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Hyper-casual games are likely to take the mobile gaming industry by storm. Some would argue that they already have. For anyone in doubt, all you need to do is look at the numbers. According to Sensor Tower, in 2020, hyper-casual games on mobile were responsible for a third (31%) of global downloads or 6.3 billion downloads*.
This popular, exciting genre started the race with great momentum, thanks in large part to the 2014 viral sensation Flappy Bird (more on this later). However, for 2021, experts predict that there will be a noticeable decline in hyper-casual games due to Apple’s iOS 14.5 privacy rules. While these changes were anticipated, it doesn’t make the reality any less painful for businesses.
So will hyper-casual games survive a post-IDFA (Identifier for Advertisers) world? How exactly did we get here, and what games continue to leave impressions for aspiring gamers and developers? In this post, we examine the past, present, and future of hyper-casual games, and how marketers can benefit from this knowledge.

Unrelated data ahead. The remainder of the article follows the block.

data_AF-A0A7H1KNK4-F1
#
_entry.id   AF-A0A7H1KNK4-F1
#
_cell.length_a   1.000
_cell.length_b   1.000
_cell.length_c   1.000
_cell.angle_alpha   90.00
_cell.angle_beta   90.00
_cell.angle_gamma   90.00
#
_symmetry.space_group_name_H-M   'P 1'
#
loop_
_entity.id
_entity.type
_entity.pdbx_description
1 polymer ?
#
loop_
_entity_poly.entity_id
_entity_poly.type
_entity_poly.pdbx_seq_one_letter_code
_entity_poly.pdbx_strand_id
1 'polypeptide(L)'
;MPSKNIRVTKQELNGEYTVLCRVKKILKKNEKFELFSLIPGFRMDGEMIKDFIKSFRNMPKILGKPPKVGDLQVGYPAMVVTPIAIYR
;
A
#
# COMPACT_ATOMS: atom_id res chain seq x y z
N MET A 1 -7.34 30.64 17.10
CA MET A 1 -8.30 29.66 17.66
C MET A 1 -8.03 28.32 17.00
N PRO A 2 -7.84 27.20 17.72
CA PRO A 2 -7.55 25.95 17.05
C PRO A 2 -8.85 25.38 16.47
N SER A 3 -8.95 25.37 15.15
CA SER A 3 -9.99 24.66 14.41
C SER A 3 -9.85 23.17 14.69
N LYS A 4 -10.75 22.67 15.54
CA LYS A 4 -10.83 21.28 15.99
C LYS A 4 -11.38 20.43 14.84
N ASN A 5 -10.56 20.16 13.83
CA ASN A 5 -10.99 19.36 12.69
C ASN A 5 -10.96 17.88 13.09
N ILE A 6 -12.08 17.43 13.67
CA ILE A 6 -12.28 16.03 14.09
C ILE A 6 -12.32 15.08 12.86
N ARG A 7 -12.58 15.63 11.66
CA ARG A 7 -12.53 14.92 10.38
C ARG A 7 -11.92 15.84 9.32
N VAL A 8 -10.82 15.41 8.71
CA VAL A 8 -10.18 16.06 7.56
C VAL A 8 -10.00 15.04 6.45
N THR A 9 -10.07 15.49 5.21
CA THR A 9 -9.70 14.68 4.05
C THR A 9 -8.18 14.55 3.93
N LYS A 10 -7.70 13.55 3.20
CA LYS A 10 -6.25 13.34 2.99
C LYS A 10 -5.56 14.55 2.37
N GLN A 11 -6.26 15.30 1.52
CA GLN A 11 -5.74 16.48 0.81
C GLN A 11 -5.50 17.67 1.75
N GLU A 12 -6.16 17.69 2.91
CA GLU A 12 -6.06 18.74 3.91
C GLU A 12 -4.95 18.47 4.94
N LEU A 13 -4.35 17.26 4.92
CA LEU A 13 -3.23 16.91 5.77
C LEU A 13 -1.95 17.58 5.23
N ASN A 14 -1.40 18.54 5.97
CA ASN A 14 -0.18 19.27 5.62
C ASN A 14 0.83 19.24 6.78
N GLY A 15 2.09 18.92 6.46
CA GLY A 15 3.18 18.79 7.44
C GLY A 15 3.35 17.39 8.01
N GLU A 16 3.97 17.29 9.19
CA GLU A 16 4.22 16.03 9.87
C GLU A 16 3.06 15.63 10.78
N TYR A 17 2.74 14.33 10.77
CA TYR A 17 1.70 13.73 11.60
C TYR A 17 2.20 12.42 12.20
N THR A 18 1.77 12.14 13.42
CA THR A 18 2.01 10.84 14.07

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Hyper-casual games are lightweight, simple in mechanics, usually free to play, and require minimal design. They are easy to play and highly addictive.
It’s worth noting that what these games lack in sophisticated design, they make up for in high retention rates. As of August 2020, hyper-casual games have an average retention rate of 32.3% on day 1 and 8.3% by day 7. By comparison, the average retention rate for hardcore games is 28.7% on day 1 and 8.7% for day 7*.
Another thing to remember is that hyper-casual games are very data-driven. This requires developers to be hyper aware of user information. This data is a goldmine for advertisers, particularly when more than 73% of mobile gamers report openness to receiving in-game ads*.
And the industry is heavily reliant on ad monetization. Once the operating system update is official, a user can opt out of targeted ads, which ironically isn’t necessarily the best option for a user. It’s likely that advertisers will increase the volume of ads served to make up for loss in revenue. Essentially, without quality, users will receive quantity.
This update also means less tangible data for advertisers and marketers — it also warrants the return of guesswork on which channels to focus on. Marketers will then rely more on the qualitative context behind a user’s journey, rather than quantitative context.
Even with the monetization challenges ahead, it’s important to look at some of the top strategies that publishers utilize to monetize on their large hyper-casual user bases. Here are four worth keeping in mind for marketers looking at pivoting existing strategies.